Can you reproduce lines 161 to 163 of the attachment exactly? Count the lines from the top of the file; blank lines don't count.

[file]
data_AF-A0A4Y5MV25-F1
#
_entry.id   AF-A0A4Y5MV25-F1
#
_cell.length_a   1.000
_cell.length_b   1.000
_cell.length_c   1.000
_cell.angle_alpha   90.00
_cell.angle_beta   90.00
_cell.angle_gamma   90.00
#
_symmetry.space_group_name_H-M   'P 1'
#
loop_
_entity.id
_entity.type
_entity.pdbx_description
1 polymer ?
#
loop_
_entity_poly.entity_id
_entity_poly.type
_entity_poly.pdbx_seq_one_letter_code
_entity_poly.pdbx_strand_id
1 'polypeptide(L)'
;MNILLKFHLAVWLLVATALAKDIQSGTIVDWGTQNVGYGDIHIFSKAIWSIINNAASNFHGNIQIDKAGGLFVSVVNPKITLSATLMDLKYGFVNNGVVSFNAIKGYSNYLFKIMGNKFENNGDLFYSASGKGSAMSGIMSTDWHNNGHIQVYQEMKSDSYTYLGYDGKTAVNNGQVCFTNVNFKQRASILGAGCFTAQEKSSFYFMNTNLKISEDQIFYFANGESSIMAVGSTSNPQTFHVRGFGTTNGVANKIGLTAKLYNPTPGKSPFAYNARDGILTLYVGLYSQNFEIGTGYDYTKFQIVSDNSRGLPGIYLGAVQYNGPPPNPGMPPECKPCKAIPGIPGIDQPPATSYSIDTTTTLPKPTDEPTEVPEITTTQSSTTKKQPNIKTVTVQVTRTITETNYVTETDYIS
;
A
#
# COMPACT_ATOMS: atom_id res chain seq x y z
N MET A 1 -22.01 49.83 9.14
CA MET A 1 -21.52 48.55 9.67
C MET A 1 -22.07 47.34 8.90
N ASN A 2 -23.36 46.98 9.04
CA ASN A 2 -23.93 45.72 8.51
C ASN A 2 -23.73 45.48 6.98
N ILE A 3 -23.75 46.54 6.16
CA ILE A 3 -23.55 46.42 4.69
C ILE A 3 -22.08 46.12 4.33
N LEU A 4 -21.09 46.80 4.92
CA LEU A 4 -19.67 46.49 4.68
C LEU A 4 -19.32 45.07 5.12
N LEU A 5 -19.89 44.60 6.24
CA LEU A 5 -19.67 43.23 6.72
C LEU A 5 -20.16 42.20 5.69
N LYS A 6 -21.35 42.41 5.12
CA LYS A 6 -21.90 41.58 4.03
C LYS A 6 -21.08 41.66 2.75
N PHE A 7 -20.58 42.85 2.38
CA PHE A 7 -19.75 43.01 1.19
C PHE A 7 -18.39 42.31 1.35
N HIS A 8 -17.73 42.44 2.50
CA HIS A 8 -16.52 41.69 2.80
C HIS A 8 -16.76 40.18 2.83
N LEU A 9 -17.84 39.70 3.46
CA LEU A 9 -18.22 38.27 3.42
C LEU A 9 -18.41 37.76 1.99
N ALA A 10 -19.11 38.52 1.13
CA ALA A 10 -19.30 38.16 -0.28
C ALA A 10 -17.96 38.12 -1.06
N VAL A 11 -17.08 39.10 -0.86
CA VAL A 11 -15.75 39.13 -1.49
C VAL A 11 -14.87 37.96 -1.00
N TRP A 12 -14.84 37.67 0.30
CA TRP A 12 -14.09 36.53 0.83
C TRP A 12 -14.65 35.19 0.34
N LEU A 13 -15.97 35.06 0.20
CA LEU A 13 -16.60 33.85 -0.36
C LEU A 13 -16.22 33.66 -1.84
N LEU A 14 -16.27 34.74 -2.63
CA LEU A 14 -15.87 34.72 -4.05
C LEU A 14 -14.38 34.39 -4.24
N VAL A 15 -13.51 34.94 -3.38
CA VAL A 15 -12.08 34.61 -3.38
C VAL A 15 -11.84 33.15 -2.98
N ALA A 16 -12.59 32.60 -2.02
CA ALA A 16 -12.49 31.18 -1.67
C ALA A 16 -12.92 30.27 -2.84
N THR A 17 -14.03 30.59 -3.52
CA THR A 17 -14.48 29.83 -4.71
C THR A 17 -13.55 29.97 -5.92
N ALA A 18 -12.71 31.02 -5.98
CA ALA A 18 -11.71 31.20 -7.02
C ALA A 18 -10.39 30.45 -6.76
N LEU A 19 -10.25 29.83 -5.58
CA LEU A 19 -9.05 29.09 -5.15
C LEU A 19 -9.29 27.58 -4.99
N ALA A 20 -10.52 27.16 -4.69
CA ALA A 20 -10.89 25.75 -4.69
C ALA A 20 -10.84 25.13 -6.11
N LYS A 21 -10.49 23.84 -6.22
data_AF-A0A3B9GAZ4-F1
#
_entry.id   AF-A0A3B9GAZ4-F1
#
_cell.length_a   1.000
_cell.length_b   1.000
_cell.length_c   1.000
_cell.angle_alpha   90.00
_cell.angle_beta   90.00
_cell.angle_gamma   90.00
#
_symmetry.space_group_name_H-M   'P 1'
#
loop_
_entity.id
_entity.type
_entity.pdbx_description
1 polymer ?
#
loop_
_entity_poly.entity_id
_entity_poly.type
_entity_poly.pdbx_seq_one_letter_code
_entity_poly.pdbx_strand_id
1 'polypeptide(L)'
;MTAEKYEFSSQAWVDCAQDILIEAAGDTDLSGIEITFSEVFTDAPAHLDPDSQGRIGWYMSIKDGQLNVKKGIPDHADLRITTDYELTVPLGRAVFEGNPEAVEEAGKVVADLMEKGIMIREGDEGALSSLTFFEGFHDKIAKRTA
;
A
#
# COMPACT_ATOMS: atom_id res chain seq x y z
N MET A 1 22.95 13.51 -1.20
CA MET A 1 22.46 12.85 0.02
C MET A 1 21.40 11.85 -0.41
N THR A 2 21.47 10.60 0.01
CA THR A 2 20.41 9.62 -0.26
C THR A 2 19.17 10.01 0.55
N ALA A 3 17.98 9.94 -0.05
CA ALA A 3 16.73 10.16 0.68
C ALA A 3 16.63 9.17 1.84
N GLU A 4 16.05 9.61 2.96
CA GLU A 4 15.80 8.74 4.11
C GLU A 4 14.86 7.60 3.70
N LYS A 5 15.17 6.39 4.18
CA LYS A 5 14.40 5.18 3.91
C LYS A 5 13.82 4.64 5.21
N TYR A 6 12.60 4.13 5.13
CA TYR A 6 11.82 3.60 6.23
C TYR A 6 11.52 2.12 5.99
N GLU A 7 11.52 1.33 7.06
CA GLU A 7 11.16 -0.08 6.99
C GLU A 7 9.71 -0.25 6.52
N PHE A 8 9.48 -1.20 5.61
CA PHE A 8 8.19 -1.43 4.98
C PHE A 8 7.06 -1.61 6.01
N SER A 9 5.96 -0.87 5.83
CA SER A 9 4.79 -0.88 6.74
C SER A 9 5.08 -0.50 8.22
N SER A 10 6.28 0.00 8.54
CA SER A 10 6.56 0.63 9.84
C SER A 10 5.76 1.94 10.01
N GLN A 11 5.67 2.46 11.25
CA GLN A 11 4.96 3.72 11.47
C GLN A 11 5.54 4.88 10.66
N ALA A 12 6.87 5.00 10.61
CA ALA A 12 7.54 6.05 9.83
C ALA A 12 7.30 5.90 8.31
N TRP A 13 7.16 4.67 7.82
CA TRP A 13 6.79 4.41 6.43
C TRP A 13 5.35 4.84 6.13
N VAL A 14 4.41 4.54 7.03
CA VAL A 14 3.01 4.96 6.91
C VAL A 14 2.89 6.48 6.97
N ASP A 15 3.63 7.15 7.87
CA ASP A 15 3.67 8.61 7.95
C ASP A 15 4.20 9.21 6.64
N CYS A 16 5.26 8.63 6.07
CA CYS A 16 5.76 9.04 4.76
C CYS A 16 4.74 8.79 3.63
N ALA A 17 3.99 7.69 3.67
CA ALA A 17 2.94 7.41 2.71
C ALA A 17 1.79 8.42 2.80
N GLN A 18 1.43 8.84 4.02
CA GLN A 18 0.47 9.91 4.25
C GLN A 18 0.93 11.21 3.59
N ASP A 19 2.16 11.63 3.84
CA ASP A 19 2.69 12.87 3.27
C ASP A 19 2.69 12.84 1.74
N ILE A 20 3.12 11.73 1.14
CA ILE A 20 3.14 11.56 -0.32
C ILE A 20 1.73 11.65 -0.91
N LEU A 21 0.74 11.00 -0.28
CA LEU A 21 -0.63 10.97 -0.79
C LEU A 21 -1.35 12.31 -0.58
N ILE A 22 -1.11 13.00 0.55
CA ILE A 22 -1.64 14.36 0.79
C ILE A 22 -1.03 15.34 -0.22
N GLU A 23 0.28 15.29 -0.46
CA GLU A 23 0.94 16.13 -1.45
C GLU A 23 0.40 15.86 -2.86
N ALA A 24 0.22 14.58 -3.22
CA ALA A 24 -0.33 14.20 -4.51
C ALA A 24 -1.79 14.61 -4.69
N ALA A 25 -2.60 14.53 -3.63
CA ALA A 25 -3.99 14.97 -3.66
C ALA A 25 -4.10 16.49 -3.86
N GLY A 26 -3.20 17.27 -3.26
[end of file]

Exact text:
N VAL A 14 4.41 4.54 7.03
CA VAL A 14 3.01 4.96 6.91
C VAL A 14 2.89 6.48 6.97